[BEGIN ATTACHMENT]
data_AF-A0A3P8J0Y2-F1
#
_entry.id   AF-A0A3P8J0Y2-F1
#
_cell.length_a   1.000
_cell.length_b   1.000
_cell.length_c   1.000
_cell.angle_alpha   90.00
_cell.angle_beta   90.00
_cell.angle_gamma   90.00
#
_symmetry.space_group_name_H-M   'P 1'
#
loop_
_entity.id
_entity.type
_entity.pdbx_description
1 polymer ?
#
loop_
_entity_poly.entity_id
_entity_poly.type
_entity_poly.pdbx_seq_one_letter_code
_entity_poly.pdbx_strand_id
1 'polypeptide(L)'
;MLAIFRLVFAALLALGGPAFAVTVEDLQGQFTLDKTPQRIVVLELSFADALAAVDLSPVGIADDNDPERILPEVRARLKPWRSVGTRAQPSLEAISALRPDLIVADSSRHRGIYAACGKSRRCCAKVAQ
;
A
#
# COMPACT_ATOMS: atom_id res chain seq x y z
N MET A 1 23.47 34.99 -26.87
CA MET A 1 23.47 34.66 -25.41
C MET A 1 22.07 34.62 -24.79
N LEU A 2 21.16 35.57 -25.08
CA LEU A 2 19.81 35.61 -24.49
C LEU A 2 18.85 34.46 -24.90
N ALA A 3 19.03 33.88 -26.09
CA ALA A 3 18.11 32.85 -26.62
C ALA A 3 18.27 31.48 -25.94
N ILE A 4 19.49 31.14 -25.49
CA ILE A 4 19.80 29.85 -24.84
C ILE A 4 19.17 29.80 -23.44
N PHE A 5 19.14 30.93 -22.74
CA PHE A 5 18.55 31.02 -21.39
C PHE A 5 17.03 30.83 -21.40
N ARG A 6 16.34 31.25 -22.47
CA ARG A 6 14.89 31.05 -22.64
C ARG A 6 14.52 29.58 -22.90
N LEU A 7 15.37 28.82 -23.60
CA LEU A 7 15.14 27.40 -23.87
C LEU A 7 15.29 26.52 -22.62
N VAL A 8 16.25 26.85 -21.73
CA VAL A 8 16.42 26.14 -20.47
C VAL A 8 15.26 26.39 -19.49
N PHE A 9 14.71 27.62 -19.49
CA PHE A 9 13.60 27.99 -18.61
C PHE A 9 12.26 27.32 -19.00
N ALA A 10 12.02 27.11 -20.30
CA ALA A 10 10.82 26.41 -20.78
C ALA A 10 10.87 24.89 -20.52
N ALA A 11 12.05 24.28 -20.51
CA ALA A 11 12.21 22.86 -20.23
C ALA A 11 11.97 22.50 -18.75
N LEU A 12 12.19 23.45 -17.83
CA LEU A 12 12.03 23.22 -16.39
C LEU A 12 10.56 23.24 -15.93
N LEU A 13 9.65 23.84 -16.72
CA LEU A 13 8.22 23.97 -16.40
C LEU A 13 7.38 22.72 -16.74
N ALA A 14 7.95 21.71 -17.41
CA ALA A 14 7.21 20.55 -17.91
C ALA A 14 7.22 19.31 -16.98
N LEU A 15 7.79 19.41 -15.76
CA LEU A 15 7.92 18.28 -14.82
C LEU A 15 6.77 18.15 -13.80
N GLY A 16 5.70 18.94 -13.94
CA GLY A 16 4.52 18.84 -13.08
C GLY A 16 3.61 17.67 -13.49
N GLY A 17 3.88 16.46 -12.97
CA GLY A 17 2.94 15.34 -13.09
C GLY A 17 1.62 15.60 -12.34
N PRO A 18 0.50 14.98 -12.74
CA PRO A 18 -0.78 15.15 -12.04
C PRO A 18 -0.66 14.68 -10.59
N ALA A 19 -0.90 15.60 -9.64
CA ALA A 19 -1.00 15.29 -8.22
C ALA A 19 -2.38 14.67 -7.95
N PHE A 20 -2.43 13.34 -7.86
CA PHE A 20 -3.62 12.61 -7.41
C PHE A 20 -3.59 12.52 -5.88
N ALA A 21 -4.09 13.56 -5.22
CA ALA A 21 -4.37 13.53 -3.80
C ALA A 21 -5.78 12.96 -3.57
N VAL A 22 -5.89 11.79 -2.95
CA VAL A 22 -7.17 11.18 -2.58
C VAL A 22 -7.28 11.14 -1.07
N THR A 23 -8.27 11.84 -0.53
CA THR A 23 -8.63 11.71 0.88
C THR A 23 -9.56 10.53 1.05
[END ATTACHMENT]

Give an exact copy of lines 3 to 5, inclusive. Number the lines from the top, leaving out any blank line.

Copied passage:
_entry.id   AF-A0A3P8J0Y2-F1
#
_cell.length_a   1.000